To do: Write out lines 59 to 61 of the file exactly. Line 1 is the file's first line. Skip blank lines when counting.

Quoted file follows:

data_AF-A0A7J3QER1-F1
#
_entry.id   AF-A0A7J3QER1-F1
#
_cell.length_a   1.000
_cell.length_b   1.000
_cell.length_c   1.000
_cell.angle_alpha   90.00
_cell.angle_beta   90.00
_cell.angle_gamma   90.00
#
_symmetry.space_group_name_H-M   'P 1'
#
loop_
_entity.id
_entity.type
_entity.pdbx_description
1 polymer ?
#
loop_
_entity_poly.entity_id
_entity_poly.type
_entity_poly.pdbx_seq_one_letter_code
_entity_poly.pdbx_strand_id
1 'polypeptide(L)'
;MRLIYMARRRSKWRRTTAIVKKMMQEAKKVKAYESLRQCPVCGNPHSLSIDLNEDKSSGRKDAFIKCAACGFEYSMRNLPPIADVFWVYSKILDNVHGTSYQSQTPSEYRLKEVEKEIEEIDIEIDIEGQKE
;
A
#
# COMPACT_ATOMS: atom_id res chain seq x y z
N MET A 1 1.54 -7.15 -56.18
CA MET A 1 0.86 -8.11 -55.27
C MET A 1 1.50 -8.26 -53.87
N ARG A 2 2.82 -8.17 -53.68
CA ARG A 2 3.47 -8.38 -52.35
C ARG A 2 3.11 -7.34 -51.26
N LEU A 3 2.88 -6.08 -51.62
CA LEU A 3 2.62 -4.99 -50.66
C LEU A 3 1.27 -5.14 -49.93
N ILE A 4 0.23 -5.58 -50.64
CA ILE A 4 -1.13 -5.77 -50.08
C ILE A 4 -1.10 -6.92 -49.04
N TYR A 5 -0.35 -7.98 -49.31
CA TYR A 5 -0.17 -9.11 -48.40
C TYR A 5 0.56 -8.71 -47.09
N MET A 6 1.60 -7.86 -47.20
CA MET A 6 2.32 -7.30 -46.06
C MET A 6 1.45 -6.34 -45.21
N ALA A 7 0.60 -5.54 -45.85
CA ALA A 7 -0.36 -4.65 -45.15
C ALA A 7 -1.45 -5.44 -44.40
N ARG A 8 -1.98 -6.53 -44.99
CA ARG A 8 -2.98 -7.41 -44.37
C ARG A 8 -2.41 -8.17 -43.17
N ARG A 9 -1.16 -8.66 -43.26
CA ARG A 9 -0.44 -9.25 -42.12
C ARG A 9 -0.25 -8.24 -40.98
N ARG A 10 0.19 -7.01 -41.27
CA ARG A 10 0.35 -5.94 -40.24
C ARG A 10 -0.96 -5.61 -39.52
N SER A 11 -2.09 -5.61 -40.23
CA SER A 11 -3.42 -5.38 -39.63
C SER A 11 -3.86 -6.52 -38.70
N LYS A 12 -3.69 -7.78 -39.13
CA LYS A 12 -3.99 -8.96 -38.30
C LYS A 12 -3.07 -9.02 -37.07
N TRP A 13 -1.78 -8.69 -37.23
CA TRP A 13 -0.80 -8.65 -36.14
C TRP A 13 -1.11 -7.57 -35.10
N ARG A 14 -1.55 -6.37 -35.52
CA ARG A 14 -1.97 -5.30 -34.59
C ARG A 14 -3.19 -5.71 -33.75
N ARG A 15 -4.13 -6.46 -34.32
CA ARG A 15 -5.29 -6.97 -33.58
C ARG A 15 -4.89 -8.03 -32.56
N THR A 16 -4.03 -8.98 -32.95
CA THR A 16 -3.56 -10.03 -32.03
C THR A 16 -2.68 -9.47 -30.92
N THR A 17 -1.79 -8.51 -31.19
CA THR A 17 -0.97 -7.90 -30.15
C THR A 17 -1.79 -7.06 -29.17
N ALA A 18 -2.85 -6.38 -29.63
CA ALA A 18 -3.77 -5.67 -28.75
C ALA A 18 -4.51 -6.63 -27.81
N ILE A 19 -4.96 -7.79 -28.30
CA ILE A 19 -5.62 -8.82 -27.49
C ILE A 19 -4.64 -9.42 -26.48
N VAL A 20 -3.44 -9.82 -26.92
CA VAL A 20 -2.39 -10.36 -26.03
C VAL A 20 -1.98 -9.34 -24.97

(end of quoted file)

CA ARG A 10 0.35 -5.94 -40.24
C ARG A 10 -0.96 -5.61 -39.52
N SER A 11 -2.09 -5.61 -40.23